What Is Basal Metabolic Rate(BMR)?
Even when resting, your body burns calories by performing basic functions to sustain life, such as:
- nutrient processing
- cell production
Basal Metabolic Rate (BMR) is the number of calories your body needs to accomplish its most basic (basal) life-sustaining functions.
Basal Metabolic Rate( BMR ) vs. Resting Metabolic Rate( RMR )
Basal metabolic rate (BMR) is often used interchangeably with resting metabolic rate (RMR). While BMR is a minimum number of calories required for basic functions at rest, RMR — also called resting energy expenditure (REE) — is the number of calories that your body burns while it’s at rest.
Although BMR and RMR slightly differ from each other, your RMR should be an accurate estimate of your BMR.
How to estimate your BMR
To measure BMR scientificly accurately the following two methods are used:-
- Direct Calorimetry
- Total energy expenditure is directly estimated by heat produced.
- Involves placing the individual inside the isolated chamber and directly measuring the temperature raised.
- This is an accurate way of measurement.
- Indirect Calorimetry
- Entails measuring exchange of gases during respiration i.e., carbon dioxide given off and oxygen inhaled by lungs also called as respiratory quotient.
RQ = CO2 eliminated / O2 consumed
One popular way to estimate BMR is through the Harris-Benedict formula, which takes into account weight, height, age, and gender.
Women:BMR = 655 + (9.6 × weight in kg) + (1.8 × height in cm) – (4.7 × age in years)
Men:BMR = 66 + (13.7 × weight in kg) + (5 × height in cm) – (6.8 × age in years)
Why you might want to know your BMR
BMR is used to help you gain, lose, or maintain your weight. By knowing how many calories you burn, you can know how many to consume. To put it simply:
- Is your goal to maintain your weight? Consume the same number of calories that you burn.
- Is your goal to gain weight? Consume more calories than you burn.
- Is your goal to lose weight? Consume fewer calories than you burn.
How many calories you need everyday
If you’ve estimated your BMR using the Harris-Benedict formula, your next step is to include the number of calories you burn during daily activities based on your lifestyle:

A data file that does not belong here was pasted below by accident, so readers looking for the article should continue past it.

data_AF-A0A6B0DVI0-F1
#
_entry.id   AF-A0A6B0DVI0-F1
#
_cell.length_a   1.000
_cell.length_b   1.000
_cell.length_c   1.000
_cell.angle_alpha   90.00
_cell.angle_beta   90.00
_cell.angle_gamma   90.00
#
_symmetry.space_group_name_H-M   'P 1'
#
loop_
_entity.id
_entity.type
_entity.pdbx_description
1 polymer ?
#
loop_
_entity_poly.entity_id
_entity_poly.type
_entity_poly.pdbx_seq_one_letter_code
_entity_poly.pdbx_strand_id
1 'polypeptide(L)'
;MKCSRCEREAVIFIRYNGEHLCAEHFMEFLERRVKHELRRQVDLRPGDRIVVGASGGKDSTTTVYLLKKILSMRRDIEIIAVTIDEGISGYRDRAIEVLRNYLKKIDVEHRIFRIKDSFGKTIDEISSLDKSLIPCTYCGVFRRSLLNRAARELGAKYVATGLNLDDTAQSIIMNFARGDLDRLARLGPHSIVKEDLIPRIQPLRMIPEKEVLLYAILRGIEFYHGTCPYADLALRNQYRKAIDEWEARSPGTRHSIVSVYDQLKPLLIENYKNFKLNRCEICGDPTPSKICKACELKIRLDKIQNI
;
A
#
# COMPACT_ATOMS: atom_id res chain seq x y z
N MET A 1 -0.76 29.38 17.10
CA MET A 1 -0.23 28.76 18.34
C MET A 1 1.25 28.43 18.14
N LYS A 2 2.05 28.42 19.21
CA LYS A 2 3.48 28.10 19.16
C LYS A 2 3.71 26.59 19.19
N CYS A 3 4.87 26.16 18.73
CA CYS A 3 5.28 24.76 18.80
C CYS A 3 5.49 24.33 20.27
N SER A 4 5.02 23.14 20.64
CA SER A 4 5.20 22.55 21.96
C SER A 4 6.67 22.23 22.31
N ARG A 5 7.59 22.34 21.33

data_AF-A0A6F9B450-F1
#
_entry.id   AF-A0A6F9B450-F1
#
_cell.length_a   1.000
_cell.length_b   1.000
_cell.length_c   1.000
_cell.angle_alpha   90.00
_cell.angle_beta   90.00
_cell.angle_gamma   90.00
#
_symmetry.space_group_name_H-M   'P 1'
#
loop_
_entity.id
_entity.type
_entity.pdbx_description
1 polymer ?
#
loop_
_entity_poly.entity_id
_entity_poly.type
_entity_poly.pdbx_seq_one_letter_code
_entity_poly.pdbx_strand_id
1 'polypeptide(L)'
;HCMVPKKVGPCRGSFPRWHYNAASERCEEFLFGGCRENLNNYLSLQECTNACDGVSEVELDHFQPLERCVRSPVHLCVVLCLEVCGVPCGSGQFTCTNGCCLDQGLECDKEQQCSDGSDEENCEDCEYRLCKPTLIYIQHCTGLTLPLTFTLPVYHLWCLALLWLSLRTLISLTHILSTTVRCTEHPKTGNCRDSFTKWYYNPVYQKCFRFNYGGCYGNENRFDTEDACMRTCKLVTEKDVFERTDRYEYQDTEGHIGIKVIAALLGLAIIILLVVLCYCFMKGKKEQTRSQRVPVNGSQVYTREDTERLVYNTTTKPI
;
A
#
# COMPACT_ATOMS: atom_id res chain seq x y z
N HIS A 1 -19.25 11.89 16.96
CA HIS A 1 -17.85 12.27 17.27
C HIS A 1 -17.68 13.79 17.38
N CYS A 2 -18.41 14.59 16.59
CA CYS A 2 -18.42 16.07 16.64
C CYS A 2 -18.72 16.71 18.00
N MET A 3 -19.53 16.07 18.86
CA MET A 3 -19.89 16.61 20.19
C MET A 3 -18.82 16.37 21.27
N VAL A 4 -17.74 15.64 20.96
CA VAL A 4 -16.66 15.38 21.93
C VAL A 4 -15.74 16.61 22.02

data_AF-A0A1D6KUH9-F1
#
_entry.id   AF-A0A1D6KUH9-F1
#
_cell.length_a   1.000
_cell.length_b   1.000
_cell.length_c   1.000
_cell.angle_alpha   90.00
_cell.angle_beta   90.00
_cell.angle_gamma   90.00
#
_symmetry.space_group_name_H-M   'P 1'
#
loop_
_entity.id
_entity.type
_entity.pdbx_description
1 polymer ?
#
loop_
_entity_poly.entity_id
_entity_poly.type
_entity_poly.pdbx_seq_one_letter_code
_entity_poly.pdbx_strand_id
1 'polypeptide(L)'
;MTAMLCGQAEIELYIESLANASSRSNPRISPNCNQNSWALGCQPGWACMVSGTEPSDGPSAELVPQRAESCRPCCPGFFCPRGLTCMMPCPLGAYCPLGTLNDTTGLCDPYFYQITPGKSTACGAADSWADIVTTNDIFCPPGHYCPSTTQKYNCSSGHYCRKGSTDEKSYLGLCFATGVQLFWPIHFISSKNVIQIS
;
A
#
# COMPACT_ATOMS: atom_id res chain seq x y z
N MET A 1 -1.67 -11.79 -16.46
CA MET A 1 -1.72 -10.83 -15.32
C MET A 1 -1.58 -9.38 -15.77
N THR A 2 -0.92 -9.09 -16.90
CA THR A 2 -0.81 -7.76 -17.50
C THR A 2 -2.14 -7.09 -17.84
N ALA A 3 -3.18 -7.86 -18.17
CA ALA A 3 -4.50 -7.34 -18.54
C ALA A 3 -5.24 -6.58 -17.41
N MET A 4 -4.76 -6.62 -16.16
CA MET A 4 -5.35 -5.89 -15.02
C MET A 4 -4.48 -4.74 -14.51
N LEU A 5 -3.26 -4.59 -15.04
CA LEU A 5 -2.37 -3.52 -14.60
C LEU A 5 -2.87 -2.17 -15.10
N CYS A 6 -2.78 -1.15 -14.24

- If you are sedentary (little or no exercise)
Calories Per Day = BMR x 1.2
- If you are lightly active (light exercise or sports 1-3 days/week)
Calories Per Day = BMR x 1.375
- If you are moderately active (moderate exercise 3-5 days/week)
Calories Per Day = BMR x 1.55
- If you are very active (hard exercise 6-7 days/week)
Calories Per Day = BMR x 1.725
- If you are super active (very hard exercise and a physical job)
Calories Per Day = BMR x 1.9
The Output of the formula gives you an estimate of how many calories you need on a daily basis to maintain your weight.
Of course, this is still an ESTIMATE. According to a 2007 study, the formula would be more accurate if it included body composition, weight history, and other factors that have been shown to affect BMR.
How you can change your BMR
Your BMR is determined by a number of factors, including:
- sex ( no the cool kind )
- weight history
- body composition
- genetic factors
Of these factors, you can take steps to change your weight and body composition. So if you want to change your BMR, your first steps should be to lose weight and increase muscle.
A 2010 reviewTrusted Source indicated that resistance training can improve lean body mass composition and maintain fat mass reduction, increasing BMR.
Understanding your BMR, your typical activity level, and the amount of calories you need daily to maintain your weight are important ways for you to actively participate in your physical health.
Whether you need to gain weight, maintain your current weight, or lose weight, calculating your BMR is a good place to start.